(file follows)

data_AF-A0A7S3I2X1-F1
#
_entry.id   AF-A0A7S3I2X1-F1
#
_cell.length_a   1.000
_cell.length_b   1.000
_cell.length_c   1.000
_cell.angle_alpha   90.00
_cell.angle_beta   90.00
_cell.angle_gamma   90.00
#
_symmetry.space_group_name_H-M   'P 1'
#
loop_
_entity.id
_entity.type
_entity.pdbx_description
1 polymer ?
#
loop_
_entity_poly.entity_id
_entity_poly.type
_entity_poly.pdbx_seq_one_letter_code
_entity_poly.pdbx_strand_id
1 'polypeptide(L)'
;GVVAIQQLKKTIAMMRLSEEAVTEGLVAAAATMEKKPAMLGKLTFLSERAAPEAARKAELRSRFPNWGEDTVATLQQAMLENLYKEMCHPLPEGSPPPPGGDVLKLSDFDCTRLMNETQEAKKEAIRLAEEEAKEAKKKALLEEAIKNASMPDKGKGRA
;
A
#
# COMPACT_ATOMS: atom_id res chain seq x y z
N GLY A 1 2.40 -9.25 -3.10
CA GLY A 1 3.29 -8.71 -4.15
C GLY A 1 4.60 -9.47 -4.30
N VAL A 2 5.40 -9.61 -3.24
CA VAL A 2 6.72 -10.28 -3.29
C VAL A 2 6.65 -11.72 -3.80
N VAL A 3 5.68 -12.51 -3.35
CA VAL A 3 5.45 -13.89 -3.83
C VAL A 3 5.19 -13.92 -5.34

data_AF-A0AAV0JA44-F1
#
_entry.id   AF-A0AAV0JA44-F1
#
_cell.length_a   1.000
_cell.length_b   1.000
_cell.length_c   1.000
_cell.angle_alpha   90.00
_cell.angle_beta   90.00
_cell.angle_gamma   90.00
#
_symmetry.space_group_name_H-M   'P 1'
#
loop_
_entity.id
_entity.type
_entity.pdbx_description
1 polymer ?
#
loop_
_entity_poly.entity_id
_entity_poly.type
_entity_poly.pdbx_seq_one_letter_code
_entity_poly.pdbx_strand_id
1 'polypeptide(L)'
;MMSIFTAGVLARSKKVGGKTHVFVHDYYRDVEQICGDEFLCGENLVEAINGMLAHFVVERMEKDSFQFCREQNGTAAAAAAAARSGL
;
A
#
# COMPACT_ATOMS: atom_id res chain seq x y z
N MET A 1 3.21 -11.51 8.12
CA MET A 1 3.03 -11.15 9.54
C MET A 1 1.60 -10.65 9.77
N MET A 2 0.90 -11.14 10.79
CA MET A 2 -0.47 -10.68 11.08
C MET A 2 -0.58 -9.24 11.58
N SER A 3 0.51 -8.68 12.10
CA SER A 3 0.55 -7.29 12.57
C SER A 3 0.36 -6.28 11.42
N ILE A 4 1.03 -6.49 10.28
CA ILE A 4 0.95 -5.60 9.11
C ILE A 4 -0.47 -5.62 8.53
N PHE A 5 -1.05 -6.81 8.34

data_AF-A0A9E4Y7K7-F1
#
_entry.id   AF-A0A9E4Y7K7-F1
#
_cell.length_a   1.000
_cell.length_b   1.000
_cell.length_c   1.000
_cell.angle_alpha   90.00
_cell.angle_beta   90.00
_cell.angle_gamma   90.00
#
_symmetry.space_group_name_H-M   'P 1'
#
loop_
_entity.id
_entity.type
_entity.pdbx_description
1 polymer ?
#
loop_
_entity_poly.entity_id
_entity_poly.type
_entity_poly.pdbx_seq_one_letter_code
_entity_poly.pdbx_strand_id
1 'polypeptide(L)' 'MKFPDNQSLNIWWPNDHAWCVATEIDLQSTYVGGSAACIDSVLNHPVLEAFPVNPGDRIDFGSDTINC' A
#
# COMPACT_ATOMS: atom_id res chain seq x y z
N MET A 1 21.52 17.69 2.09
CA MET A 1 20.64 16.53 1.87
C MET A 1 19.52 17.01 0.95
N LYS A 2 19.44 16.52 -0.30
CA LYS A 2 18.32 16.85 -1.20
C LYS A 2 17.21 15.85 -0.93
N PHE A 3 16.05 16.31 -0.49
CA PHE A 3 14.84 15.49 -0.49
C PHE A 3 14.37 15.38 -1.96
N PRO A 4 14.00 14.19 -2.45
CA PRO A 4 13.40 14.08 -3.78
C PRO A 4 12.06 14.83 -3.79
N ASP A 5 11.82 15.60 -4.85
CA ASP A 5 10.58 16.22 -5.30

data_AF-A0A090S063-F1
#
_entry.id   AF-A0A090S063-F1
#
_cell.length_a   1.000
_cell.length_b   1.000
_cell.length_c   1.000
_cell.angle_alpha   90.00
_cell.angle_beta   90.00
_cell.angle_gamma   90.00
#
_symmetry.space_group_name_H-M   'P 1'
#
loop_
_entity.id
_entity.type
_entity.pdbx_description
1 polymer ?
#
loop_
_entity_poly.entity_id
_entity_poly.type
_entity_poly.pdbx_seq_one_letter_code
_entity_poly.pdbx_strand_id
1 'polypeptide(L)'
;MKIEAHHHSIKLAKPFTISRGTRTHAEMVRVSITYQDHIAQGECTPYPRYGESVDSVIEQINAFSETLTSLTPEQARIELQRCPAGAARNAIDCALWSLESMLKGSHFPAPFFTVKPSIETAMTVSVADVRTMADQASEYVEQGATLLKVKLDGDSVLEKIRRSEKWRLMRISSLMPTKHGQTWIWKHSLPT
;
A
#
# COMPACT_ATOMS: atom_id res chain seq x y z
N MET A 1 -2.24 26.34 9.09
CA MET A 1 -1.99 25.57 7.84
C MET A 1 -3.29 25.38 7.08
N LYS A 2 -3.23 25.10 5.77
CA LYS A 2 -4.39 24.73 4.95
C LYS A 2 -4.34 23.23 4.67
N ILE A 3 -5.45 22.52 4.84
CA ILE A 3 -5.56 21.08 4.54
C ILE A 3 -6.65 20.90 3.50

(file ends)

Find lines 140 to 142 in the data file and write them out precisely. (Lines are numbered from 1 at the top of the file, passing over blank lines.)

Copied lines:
_entity.pdbx_description
1 polymer ?
#